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Malefactors of Great Wealth
July 11, 2002
By Jeff Ritchie

Several years back I developed a theory that has proven itself remarkably accurate. When dealing the legislation concocted by congressional Republicans, any bill that includes the word "reform" in the title will invariably wind up screwing the average American like a $20-per-night Yokahoma hooker.

Remember the Telecommunications Reform Act that promised us rock-bottom cable rates? How about the reforms in the banking industry that will allow credit card companies to pursue debtors even after they declare bankruptcy? And in a previous political generation, there was reform of the savings and loan industry that was, well, less than stunningly successful.

Which brings us to the Private Securities Litigation Reform Act, passed over Bill Clinton’s veto on December 20, 1995. This bit of Newt Gingrich-inspired reform made it more difficult for disgruntled investors to sue corporate chieftains for selling bogus securities. In his veto message, President Clinton warned that the act would erode the accountability of corporate finances and provide a layer of protection for outlaw executives who look to defraud their investors.

Republicans and their allies in the corporate media scoffed at the notion that corporations would ever do such a thing. After all, the book Jesus CEO had been tearing up the New York Times bestseller list all that year, and if you can’t trust your investments with Jesus Christ, who can you trust? Everybody was getting rich on Wall Street, and Bill Clinton’s warning of a potential catastrophe was dismissed as liberal hand-wringing and, worse yet, more proof that Democrats were secretly opposed to business and prosperity.

Now that the magnitude of corporate fraud can be measured in the hundred of billions of dollars, one would like to think that Republican congressional leaders would swallow their pride and admit that allowing corporations to operate on the honor system was a singularly bad idea. Instead, they support the unlikely succession of Harvey Pitt to the Securities and Exchange Commission.

Pitt is a former executive with Arthur Anderson, the rogue accounting firm that seems to have its fingerprints all over every case of corporate fraud currently circulating in the business section of your daily newspaper. Pitt’s former associations alone should be grounds to have him removed from his position as watchdog over Corporate America. But it gets worse.

Pitt has openly endorsed the idea that corporate accounting practices should be even more deregulated than they are today, which is something like arguing that the best cure for a headache is to have a large anvil dropped on your head. Pitt’s approach mirrors the environmental policies of George W. Bush while he was governor of Texas, which essentially allowed Texas industries to self-regulate themselves into a toxic quagmire.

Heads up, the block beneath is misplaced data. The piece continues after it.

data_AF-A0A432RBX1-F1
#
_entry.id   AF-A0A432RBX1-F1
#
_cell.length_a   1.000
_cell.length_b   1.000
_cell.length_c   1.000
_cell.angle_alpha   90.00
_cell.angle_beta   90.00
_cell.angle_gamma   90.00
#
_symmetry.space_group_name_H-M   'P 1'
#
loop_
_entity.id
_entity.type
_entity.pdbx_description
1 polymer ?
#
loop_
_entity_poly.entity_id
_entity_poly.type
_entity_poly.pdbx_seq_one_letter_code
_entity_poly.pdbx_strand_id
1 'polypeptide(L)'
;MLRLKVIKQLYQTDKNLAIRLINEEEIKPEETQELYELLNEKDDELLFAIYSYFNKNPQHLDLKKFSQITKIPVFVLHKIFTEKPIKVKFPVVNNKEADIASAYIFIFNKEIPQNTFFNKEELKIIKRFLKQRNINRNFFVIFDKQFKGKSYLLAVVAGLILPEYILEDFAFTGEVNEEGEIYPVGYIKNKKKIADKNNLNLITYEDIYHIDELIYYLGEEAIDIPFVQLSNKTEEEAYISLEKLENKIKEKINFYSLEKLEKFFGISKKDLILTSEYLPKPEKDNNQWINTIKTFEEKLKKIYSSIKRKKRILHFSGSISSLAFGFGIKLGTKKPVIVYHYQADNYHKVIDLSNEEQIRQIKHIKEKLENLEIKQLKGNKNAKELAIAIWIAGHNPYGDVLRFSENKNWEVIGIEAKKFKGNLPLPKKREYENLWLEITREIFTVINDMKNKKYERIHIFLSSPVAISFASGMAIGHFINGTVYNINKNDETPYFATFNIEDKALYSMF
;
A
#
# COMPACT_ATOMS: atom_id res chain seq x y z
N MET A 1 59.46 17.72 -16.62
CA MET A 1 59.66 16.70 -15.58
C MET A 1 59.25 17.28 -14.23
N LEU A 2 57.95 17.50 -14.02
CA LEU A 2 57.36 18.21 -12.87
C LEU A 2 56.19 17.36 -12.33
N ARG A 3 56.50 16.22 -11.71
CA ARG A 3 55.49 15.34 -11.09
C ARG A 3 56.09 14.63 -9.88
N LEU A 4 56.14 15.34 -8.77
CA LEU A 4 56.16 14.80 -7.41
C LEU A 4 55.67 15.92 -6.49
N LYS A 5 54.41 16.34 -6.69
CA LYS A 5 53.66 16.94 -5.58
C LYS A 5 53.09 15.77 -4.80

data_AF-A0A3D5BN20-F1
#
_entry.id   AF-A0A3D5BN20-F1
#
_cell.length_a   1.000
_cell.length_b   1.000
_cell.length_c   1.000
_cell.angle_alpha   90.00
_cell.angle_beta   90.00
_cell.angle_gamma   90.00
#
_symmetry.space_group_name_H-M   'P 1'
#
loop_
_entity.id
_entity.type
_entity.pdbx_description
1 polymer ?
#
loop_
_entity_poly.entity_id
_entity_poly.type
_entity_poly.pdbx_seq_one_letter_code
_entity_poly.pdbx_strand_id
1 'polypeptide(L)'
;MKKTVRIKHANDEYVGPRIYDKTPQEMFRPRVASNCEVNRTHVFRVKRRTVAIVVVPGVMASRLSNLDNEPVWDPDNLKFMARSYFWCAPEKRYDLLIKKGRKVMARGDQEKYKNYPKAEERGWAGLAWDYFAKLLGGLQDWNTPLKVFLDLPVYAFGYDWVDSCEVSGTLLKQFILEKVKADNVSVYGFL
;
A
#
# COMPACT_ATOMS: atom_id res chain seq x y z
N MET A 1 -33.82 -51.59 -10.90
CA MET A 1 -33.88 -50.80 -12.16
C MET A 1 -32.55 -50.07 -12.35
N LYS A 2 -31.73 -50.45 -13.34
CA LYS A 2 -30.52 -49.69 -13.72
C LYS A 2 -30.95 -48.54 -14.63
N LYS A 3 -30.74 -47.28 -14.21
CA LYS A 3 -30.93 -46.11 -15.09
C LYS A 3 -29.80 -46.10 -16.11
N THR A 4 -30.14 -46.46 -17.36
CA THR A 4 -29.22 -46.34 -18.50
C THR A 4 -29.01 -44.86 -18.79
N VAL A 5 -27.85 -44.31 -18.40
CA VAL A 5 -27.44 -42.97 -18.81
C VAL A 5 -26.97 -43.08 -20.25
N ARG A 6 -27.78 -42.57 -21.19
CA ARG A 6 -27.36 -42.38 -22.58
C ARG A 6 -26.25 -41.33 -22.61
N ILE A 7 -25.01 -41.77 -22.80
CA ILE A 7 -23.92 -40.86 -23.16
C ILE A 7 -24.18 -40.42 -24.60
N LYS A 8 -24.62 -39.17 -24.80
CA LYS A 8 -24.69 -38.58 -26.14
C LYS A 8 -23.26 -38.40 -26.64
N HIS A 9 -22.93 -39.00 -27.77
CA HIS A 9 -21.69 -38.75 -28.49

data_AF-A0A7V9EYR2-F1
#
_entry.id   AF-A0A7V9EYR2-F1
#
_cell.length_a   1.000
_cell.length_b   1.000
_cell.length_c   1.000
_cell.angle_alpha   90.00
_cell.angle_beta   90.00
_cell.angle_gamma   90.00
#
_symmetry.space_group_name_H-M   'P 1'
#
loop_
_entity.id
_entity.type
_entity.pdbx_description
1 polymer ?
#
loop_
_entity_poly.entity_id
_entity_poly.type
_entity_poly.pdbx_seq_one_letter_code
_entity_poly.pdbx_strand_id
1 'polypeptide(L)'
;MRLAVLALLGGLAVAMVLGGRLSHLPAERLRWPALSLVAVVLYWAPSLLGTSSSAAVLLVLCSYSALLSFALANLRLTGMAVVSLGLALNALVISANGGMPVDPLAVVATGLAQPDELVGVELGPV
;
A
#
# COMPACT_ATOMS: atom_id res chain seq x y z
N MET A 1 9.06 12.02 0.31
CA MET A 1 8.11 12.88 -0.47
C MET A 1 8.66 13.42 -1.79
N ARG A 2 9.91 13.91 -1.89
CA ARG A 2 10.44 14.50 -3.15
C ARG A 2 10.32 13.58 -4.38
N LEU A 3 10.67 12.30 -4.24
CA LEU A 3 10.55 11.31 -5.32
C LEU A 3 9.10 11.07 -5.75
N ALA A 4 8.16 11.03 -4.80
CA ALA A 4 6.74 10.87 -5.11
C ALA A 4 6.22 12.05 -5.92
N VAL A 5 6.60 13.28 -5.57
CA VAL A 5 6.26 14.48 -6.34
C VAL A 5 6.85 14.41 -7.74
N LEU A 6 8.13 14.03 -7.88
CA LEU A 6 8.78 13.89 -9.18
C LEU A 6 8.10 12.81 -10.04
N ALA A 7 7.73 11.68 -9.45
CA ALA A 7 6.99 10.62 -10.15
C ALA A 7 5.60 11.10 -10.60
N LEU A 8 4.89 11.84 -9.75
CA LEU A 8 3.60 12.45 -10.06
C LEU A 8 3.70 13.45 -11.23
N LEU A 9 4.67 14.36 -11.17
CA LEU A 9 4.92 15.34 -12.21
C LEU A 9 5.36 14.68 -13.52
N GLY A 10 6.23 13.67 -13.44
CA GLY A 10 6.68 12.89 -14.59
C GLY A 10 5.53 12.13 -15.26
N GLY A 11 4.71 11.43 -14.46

All of this seems to be creating a tectonic shift in the political world. Because healthy businesses create high-paying jobs with decent benefits, the Democratic Party can now legitimately assume the role as the party of business. The Democratic Party can, through block grants, increased funding for basic research, and empowerment zones, create a positive business climate that will create good jobs. The Democratic Party should, through legislation and regulation, hold accountable the malefactors of great wealth who steal from their employees and investors.

The Republicans have allied themselves with business people who create empty corporations and swindle unwitting investors, including state-funded retirement and pension plans. Their corporate supporters are not content with pillaging merely the Arctic National Wildlife Refuge – now they want your 401(k) account, as well. My advice would be to hide your women and children while there’s still time.

President Bush, sniffing the direction of the political winds, has promised to crack down on corporate law-breakers and demanded to that congress double the sentence for persons convicted of fraud. He could really crack down by tripling the sentence or even demanding the death penalty. All of this focus on the penalties after the fact ignores the reality that few of these robber barons are even hauled into court and even fewer are ever convicted.

Offering a preview of the testimony from a parade of accused corporate felons, the President defended his own shady stock transactions of a decade ago by saying they were the result of confusing accounting practices. "Sometimes things are exactly black and white when it comes to accounting procedures," the MBA President claimed in last week’s press conference. Case dismissed.

Without reasonable regulation of the markets (something Mr. Bush disdains), there will simply be no end to the stock-rigging scandals and the continued enrichment of corporate insiders. Given the fact that insider trading is, itself, largely responsible for the President’s personal fortune, it seems highly unlikely that this administration plans to do anything substantive. We are likely to get a set of "reforms" that are more unpalatable than the situation we are in already.

And for that, the Democrats should punish the Republicans generously in November.

Jeff Ritchie is a writer and Democratic Party activitist living in Cincinnati, OH

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